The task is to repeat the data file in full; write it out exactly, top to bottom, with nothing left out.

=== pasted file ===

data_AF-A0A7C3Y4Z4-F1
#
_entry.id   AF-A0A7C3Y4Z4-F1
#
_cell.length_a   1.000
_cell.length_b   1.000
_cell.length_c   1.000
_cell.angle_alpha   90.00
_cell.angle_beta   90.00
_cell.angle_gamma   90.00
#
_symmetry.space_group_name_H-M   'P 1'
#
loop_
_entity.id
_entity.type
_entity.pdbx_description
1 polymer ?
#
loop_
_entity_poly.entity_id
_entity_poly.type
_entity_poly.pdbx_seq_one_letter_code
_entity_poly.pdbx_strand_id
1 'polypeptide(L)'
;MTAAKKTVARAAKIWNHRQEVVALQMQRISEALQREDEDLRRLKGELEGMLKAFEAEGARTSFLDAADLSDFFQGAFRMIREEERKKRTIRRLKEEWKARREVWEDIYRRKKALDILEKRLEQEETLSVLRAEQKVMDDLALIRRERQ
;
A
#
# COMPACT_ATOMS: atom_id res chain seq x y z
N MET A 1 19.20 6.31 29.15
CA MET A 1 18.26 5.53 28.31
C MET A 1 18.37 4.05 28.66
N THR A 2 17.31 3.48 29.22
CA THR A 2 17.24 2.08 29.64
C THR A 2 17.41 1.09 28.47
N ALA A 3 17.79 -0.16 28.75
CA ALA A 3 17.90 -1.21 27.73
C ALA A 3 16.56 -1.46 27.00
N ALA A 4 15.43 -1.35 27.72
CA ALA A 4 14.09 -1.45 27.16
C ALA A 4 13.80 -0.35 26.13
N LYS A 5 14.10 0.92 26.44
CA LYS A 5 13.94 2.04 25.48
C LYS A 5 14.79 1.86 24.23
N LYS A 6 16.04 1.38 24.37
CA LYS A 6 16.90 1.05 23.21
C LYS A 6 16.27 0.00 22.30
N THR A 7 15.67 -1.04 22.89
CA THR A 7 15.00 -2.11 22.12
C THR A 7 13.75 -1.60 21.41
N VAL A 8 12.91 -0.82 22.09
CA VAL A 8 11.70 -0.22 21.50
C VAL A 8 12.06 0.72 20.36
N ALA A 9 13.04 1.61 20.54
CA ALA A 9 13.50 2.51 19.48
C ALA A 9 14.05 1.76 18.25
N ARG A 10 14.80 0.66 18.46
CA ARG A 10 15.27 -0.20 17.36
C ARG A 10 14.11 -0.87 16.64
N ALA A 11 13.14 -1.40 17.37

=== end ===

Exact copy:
data_AF-A0A7C3Y4Z4-F1
#
_entry.id   AF-A0A7C3Y4Z4-F1
#
_cell.length_a   1.000
_cell.length_b   1.000
_cell.length_c   1.000
_cell.angle_alpha   90.00
_cell.angle_beta   90.00
_cell.angle_gamma   90.00
#
_symmetry.space_group_name_H-M   'P 1'
#
loop_
_entity.id
_entity.type
_entity.pdbx_description
1 polymer ?
#
loop_
_entity_poly.entity_id
_entity_poly.type
_entity_poly.pdbx_seq_one_letter_code
_entity_poly.pdbx_strand_id
1 'polypeptide(L)'
;MTAAKKTVARAAKIWNHRQEVVALQMQRISEALQREDEDLRRLKGELEGMLKAFEAEGARTSFLDAADLSDFFQGAFRMIREEERKKRTIRRLKEEWKARREVWEDIYRRKKALDILEKRLEQEETLSVLRAEQKVMDDLALIRRERQ
;
A
#
# COMPACT_ATOMS: atom_id res chain seq x y z
N MET A 1 19.20 6.31 29.15
CA MET A 1 18.26 5.53 28.31
C MET A 1 18.37 4.05 28.66
N THR A 2 17.31 3.48 29.22
CA THR A 2 17.24 2.08 29.64
C THR A 2 17.41 1.09 28.47
N ALA A 3 17.79 -0.16 28.75
CA ALA A 3 17.90 -1.21 27.73
C ALA A 3 16.56 -1.46 27.00
N ALA A 4 15.43 -1.35 27.72
CA ALA A 4 14.09 -1.45 27.16
C ALA A 4 13.80 -0.35 26.13
N LYS A 5 14.10 0.92 26.44
CA LYS A 5 13.94 2.04 25.48
C LYS A 5 14.79 1.86 24.23
N LYS A 6 16.04 1.38 24.37
CA LYS A 6 16.90 1.05 23.21
C LYS A 6 16.27 0.00 22.30
N THR A 7 15.67 -1.04 22.89
CA THR A 7 15.00 -2.11 22.12
C THR A 7 13.75 -1.60 21.41
N VAL A 8 12.91 -0.82 22.09
CA VAL A 8 11.70 -0.22 21.50
C VAL A 8 12.06 0.72 20.36
N ALA A 9 13.04 1.61 20.54
CA ALA A 9 13.50 2.51 19.48
C ALA A 9 14.05 1.76 18.25
N ARG A 10 14.80 0.66 18.46
CA ARG A 10 15.27 -0.20 17.36
C ARG A 10 14.11 -0.87 16.64
N ALA A 11 13.14 -1.40 17.37